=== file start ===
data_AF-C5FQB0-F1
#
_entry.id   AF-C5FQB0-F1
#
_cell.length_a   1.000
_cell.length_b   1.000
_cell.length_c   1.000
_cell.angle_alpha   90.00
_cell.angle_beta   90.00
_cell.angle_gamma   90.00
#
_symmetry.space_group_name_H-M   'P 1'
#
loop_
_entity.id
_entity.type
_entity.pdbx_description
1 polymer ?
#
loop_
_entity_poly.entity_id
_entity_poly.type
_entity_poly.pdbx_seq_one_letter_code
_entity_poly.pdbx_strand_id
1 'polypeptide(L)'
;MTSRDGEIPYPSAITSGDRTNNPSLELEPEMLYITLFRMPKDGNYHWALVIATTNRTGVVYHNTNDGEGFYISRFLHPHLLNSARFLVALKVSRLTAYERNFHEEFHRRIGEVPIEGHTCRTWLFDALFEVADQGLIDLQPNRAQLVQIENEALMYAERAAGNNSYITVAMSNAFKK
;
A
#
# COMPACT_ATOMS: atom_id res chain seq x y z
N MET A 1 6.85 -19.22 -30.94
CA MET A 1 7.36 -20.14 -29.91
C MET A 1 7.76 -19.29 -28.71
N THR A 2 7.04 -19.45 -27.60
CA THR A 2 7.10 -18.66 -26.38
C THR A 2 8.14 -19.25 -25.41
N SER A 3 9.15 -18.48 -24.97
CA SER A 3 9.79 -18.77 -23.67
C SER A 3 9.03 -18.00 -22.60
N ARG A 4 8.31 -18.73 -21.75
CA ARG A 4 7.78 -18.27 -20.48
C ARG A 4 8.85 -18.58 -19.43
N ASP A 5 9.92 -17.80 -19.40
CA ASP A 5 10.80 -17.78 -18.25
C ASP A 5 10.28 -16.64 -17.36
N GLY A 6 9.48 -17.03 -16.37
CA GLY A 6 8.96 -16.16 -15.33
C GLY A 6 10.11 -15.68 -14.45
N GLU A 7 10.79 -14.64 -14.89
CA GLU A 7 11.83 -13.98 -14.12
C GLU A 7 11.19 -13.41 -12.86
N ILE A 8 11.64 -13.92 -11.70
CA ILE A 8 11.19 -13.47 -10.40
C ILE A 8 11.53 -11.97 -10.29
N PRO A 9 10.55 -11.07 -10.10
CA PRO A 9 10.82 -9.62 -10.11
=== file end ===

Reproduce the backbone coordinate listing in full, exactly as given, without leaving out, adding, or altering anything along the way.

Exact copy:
data_AF-C5FQB0-F1
#
_entry.id   AF-C5FQB0-F1
#
_cell.length_a   1.000
_cell.length_b   1.000
_cell.length_c   1.000
_cell.angle_alpha   90.00
_cell.angle_beta   90.00
_cell.angle_gamma   90.00
#
_symmetry.space_group_name_H-M   'P 1'
#
loop_
_entity.id
_entity.type
_entity.pdbx_description
1 polymer ?
#
loop_
_entity_poly.entity_id
_entity_poly.type
_entity_poly.pdbx_seq_one_letter_code
_entity_poly.pdbx_strand_id
1 'polypeptide(L)'
;MTSRDGEIPYPSAITSGDRTNNPSLELEPEMLYITLFRMPKDGNYHWALVIATTNRTGVVYHNTNDGEGFYISRFLHPHLLNSARFLVALKVSRLTAYERNFHEEFHRRIGEVPIEGHTCRTWLFDALFEVADQGLIDLQPNRAQLVQIENEALMYAERAAGNNSYITVAMSNAFKK
;
A
#
# COMPACT_ATOMS: atom_id res chain seq x y z
N MET A 1 6.85 -19.22 -30.94
CA MET A 1 7.36 -20.14 -29.91
C MET A 1 7.76 -19.29 -28.71
N THR A 2 7.04 -19.45 -27.60
CA THR A 2 7.10 -18.66 -26.38
C THR A 2 8.14 -19.25 -25.41
N SER A 3 9.15 -18.48 -24.97
CA SER A 3 9.79 -18.77 -23.67
C SER A 3 9.03 -18.00 -22.60
N ARG A 4 8.31 -18.73 -21.75
CA ARG A 4 7.78 -18.27 -20.48
C ARG A 4 8.85 -18.58 -19.43
N ASP A 5 9.92 -17.80 -19.40
CA ASP A 5 10.80 -17.78 -18.25
C ASP A 5 10.28 -16.64 -17.36
N GLY A 6 9.48 -17.03 -16.37
CA GLY A 6 8.96 -16.16 -15.33
C GLY A 6 10.11 -15.68 -14.45
N GLU A 7 10.79 -14.64 -14.89
CA GLU A 7 11.83 -13.98 -14.12
C GLU A 7 11.19 -13.41 -12.86
N ILE A 8 11.64 -13.92 -11.70
CA ILE A 8 11.19 -13.47 -10.40
C ILE A 8 11.53 -11.97 -10.29
N PRO A 9 10.55 -11.07 -10.10
CA PRO A 9 10.82 -9.62 -10.11